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Less May Be More: Refining HER2-Positive Breast Cancer Care

Laura Panjwani
Published: Tuesday, Jan 26, 2016

Mothaffar Rimawi, MD

Mothaffar Rimawi, MD

The failure of dual HER2-blockade with lapatinib (Tykerb) and trastuzumab (Herceptin) to improve outcomes versus trastuzumab alone in early breast cancer reverberated throughout the field when the phase III ALTTO data were reported.

“It really showed us that we cannot keep accumulating 1 treatment on top of the other, and that we need to consider a measured approach of replacing or de-escalating treatments to maintain outcomes without increasing toxicity,” Mothaffar Rimawi, MD, associate professor, Breast Center Clinic, Baylor College of Medicine, said in an interview with OncLive.

“As we start to accumulate treatments on top of each other, does everyone need everything?” Rimawi added.

In an interview with OncLive, Rimawi discusses key recent data with HER2-targeted agents and the need to identify patients for whom optimal care may mean de-escalating therapy.

OncLive: How has the understanding and treatment of HER2-positive beast cancer evolved in recent years?

Rimawi: HER2-positive breast cancer represents approximately 20% of all breast cancers. It is unique in the overexpression of the molecule HER2 that drives tumor growth and progression, and so it became a very attractive target. Multiple treatments have been developed for it, including the monoclonal antibodies trastuzumab, pertuzumab (Perjeta), and TDM-1 (ado-trastuzumab emtansine; Kadcyla), as well as TKIs such as lapatinib, afatinib (Gilotrif), and neratinib.

With the proliferation of all these drugs the question became, “How do we treat individual patients?” The preclinical and clinical evidence seems to suggest that inhibiting the HER2-pathway would be clinically advantageous. The way that we look at HER2-positive breast cancer changed around 2005 when data from the adjuvant trastuzumab trial were presented. These showed a remarkable improvement in outcomes with the addition of 1 year of trastuzumab.

However, clues from the lab told us that, if you inhibit the pathway incompletely, say with trastuzumab alone, then the pathway could still be partially on and the cancer cell could still survive. There are some animal models that show that if you actually combine multiple agents, you can improve the outcomes of these tumors and the mice would respond nicely to treatment. Another thing that we saw in the animal models is that, if the tumors were also expressing the estrogen receptor, they should also be inhibited to avoid tumor progression.

In the clinic, the same concept was developed. Several clinical trials looked at the addition of a second HER2 agent to trastuzumab and chemotherapy. This was shown to significantly improve outcomes in terms of response to treatment. The challenge is: does that really save more lives?

What trials have been pivotal to better understanding trastuzumab combinations?

The ALTTO trial, which added lapatinib either alone, in sequence, or in combination with trastuzumab to standard chemotherapy, taught us a lot. That trial did not really demonstrate any benefit to the addition of lapatinib, which came as a letdown. However, it really showed us that we cannot keep accumulating 1 treatment on top of the other, and that we need to consider a measured approach of replacing or de-escalating treatments to maintain outcomes without increasing toxicity.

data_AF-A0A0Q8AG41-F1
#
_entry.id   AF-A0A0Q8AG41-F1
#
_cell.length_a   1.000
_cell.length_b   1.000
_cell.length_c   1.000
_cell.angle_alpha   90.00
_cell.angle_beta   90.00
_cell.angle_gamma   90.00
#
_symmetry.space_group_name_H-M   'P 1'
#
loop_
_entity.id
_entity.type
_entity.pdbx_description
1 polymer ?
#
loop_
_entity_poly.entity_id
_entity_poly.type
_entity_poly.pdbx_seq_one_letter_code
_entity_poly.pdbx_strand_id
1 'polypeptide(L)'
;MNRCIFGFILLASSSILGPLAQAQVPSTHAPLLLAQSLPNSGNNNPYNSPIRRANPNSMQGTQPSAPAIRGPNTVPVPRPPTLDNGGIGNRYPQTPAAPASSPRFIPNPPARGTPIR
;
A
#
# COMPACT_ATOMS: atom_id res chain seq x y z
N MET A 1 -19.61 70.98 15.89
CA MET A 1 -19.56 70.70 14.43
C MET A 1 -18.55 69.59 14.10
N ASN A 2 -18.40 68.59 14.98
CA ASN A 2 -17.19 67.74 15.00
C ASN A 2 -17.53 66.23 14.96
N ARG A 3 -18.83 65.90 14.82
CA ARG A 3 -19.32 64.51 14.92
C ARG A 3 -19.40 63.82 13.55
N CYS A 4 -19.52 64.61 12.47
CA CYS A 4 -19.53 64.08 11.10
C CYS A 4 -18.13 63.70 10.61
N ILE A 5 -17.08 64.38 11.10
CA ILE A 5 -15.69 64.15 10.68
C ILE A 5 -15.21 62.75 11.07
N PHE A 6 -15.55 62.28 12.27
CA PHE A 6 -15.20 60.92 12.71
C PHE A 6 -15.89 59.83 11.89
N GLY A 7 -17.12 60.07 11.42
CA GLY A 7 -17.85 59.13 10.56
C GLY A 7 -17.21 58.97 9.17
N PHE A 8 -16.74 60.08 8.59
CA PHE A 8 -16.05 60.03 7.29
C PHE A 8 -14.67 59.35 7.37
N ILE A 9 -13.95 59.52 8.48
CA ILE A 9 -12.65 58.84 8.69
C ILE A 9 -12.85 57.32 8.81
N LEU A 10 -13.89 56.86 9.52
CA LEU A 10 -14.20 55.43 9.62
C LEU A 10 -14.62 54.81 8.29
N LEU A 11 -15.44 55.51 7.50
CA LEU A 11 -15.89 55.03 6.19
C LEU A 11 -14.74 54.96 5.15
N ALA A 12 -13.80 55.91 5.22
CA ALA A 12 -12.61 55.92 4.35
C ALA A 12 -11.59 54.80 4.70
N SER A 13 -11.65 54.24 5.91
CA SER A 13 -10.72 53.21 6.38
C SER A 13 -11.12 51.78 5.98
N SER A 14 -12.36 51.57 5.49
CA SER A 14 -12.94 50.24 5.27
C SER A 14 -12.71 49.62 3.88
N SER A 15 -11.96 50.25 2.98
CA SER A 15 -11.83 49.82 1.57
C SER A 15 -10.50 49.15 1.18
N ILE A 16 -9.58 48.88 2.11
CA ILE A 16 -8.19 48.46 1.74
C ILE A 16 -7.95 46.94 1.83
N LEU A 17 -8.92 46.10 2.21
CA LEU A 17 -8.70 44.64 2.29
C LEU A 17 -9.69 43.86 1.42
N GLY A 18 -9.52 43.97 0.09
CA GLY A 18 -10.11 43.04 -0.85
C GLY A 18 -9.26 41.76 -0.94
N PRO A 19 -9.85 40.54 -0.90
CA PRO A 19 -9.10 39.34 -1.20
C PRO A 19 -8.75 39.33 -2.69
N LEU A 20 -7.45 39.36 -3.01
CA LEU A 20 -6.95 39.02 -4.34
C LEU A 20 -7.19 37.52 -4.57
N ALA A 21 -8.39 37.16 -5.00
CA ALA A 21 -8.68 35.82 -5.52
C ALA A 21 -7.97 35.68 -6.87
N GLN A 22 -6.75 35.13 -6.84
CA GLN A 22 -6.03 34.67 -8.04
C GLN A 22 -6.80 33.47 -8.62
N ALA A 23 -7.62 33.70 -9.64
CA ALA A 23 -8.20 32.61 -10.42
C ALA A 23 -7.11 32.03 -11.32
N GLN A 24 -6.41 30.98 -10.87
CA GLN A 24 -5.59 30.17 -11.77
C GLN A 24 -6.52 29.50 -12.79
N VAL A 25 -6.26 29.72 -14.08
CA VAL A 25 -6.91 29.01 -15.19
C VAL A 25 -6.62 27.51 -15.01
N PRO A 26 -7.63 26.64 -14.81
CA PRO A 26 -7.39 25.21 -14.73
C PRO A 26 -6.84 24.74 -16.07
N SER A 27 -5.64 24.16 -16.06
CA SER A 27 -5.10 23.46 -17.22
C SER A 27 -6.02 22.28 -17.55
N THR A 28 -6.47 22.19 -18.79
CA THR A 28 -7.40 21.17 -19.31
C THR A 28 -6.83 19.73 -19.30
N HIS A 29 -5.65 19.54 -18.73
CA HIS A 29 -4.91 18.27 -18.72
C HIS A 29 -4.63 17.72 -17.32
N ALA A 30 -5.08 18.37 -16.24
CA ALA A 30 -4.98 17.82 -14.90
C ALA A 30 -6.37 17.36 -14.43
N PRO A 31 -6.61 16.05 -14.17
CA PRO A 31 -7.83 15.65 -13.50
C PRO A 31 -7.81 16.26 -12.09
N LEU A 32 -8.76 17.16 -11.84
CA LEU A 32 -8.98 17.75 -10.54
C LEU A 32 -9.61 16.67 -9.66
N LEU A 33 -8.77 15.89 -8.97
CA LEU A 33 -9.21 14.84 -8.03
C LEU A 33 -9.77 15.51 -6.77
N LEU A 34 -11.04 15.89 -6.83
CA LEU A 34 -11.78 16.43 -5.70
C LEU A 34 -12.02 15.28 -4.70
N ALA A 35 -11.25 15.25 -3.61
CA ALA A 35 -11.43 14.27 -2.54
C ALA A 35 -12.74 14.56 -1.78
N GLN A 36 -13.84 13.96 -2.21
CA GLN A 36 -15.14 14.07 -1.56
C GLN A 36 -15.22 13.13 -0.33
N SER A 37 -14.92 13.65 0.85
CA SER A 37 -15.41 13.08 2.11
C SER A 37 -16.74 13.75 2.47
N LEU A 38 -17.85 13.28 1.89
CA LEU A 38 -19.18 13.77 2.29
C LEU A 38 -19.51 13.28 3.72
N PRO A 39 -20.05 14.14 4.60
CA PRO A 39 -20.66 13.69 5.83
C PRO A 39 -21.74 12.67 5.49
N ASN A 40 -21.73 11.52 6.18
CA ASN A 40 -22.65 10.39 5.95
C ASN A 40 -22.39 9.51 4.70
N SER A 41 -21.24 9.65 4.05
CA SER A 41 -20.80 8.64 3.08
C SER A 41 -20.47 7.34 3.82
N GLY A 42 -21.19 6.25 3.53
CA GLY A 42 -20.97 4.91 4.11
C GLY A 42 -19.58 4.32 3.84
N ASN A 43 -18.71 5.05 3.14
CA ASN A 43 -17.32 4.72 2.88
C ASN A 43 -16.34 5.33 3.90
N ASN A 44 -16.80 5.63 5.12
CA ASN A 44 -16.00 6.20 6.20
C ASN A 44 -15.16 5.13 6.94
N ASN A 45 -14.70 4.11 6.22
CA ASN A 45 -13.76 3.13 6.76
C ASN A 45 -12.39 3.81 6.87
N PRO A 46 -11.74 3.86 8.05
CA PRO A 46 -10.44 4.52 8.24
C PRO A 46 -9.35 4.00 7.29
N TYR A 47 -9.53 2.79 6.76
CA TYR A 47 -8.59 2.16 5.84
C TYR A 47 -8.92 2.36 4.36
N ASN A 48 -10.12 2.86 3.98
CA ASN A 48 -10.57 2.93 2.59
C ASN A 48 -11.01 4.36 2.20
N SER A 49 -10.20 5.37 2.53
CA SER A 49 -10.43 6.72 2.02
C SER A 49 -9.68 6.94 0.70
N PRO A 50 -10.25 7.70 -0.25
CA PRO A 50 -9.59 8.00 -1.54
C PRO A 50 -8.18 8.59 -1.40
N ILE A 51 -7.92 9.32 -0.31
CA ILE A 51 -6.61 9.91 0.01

Another thing we learned from those trials is that patients are doing well, which indicates that, yes, we have to do better for the patients who are not doing well. However, we also need to care about the toxicity of the patients who are doing well, which are the consequences they are getting from treatment.

What did we learn from the ExteNET trial?

The ExteNET trial looked at neratinib given after the completion of adjuvant trastuzumab versus placebo. We recently received some updated data on that trial. We learned that the addition of neratinib does result in a small but statistically significant improvement in survival.

There are 2 issues with this trial. First, the trial was amended several times and there were several changes made to the trial during its course. Secondly, and importantly, neratinib results in a significant amount of toxicity with diarrhea. In a drug that needs to be given for 1 year, we need to be mindful of the toxicity it provides. Despite these issues, the trial still presented some intriguing data that we need to consider.

With the goal of de-escalating treatment, what approaches are being considered for patients who don’t need as much therapy?

We went over several trials that looked at a targeted therapy only approach—some with targeted HER2 or ER when either is expressed. These showed that there is a minority, but a good portion, of patients who achieve pathological complete response in a clinical trial without the need for chemotherapy.

The question then becomes, “How can we spare those patients who won’t benefit from chemotherapy?” Clearly, we need to do more studies on molecular predictors and perhaps imaging predictors to try and identify these patients upfront. There are other trials that examined de-escalating chemotherapy in small tumors and that approach has been successful, as well.

The main message is that we really need to have a wide, large-scale, collaborative, deliberate effort on de-escalating treatment to patients without compromising outcomes. It is a service to science to understand the drivers of the tumor and treat it more intelligently. It’s a service to our patients to spare them unnecessary cost and toxicity.
 



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